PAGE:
Happy World Lemur Week... What a great way to shine a spotlight on a beautiful yet endangered species, which needs our help.
From October 25th to 31st, 2014, the inaugural World Lemur Festival is raising awareness about Madagascar's unique heritage of lemurs.
Madagascar is blessed as the natural habitat of the lemur, and is home to around 100 species of lemurs not found anywhere else in the world.
Madagascar's lemurs are particularly interesting, as they represent the most extensive diversification of all living primates, and yet are also the least understood.
Sadly, research shows that more than 90 per cent of lemur species are facing extinction – making them the most threatened mammal group on Earth. Madagascar's lemurs are being threatened by the destruction of tropical forests and by rising poverty. In some cases lemurs are being hunted for their meat, something that rarely occurred in past decades.
The first of its kind, the World Lemur Festival aims to support lemur conservation and education, and instil the Malagasy people with pride for their lemur population.
But it's not up to Malagasy people alone. Having been to Madagascar and learned about the lemurs’ plight there, I know how crucial it is that we do all we can to protect these wonderful animals.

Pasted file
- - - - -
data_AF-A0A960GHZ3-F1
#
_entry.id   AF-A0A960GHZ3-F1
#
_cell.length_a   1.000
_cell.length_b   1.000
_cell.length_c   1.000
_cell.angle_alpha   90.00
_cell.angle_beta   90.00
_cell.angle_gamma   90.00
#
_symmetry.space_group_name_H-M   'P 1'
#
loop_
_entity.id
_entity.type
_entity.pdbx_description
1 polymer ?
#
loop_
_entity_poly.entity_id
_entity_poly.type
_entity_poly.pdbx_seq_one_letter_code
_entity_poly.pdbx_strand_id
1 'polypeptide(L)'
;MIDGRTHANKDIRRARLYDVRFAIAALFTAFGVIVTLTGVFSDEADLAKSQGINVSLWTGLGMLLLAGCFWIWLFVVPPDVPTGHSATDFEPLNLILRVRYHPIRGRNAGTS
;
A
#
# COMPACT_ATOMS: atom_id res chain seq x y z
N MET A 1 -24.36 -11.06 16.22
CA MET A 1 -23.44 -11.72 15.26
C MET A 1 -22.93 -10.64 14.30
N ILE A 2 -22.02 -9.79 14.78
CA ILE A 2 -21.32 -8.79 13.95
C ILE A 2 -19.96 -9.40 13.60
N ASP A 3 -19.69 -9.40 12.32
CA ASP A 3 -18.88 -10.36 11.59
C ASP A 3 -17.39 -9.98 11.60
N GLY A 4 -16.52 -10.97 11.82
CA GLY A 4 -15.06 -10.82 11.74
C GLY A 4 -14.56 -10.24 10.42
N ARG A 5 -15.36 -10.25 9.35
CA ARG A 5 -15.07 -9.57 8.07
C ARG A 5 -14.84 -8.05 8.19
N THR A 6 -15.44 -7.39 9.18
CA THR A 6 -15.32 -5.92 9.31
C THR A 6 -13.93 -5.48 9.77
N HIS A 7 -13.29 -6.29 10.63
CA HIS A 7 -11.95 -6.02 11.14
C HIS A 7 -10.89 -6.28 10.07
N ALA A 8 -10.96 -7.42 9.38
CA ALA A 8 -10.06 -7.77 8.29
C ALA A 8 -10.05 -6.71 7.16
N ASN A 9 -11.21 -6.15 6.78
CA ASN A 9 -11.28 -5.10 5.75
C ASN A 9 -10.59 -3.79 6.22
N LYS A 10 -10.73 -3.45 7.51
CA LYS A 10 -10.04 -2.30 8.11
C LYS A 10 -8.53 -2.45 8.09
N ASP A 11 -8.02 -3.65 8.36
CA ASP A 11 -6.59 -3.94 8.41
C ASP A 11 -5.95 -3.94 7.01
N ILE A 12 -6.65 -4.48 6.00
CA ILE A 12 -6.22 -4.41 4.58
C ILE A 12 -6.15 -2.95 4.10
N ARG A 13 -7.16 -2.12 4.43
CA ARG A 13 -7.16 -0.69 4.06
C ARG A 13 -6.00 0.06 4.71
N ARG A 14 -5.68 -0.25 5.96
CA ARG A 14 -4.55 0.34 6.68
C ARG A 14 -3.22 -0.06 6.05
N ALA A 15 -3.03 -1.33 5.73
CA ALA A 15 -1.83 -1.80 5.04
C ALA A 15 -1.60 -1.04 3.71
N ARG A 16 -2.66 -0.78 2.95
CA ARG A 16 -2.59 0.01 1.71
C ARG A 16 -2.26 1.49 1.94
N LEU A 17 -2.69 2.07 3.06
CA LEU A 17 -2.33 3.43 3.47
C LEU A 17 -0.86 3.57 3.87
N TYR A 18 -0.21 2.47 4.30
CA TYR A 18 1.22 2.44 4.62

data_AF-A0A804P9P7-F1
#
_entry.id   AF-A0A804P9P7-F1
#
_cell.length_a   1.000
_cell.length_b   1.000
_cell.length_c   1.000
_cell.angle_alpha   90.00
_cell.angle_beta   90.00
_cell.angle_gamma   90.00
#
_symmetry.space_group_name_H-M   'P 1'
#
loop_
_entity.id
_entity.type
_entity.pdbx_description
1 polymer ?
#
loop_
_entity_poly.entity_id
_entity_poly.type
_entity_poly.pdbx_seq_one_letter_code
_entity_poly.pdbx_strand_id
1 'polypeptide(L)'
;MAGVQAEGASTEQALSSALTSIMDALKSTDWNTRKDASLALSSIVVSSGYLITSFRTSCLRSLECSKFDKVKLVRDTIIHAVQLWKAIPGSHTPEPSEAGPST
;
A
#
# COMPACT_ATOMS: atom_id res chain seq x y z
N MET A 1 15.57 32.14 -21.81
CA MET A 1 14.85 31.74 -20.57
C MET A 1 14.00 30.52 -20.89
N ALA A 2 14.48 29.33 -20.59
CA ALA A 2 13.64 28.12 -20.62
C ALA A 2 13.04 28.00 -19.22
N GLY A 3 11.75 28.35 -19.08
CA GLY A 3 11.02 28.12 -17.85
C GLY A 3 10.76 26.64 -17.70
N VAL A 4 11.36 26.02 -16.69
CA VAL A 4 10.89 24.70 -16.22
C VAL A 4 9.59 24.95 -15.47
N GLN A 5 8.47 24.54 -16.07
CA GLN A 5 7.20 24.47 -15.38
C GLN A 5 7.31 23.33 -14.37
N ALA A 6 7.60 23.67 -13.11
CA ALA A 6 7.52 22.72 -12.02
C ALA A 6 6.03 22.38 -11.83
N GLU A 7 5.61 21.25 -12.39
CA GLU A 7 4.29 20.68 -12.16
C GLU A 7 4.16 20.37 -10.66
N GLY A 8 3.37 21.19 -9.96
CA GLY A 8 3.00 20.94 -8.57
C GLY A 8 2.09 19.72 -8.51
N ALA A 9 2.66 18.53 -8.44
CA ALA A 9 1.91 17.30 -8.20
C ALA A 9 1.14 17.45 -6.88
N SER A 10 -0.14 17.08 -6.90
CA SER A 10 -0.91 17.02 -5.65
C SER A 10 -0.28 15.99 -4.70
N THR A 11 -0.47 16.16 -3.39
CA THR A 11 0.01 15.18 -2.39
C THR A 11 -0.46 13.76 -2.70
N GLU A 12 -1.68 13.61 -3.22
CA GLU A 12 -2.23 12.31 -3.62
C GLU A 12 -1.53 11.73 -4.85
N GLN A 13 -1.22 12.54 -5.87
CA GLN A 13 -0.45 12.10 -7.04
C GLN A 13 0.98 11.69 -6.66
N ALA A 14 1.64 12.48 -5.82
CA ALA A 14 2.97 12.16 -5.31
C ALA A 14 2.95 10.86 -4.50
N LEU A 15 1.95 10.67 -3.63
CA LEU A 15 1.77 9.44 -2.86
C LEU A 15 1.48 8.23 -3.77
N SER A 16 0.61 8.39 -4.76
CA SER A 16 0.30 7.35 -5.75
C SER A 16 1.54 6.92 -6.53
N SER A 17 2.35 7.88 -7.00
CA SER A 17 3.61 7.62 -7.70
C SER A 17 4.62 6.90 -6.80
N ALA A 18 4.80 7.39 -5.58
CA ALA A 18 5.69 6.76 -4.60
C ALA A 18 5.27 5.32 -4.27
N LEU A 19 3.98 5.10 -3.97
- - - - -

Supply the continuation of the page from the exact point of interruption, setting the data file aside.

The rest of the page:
We need to stand together, to make sure lemurs don't disappear forever.
Lemurs hold a special place in my heart. It brings me so much joy to see them playing happily on Necker Island.
We run a lemur conservation programme on the islands in an effort to save some of the most endangered lemurs from extinction. The programme came about after a private zoo in England found breeding lemurs too difficult due to a lack of space. The zoo sent their lemurs to us, where under guidance from world-leading lemur expert, Russ Mittermeir, we have had successful lemur breeding seasons, with baby red-ruffs, baby collared browns and baby ring-tails all being born on the island.
It is wonderful to see the numbers of these rare species growing, and it's such a pleasure to have them around. They are among our most friendly and boisterous residents, and interact delightfully with the other animals on Necker, from the parrots to the giant tortoises!
While lemurs are one of my favourite animals, they are not the only species we are striving to protect and conserve on Necker. As you can see from this video, the island is home to more than 140 animal species – plus plays host to a number more that drop by, whether by air or sea.
We believe that protecting endangered species is one of the most important things any of us can do, and that how we treat them is a reflection of our humanity, our intelligence, our conscience and ultimately, our very survival.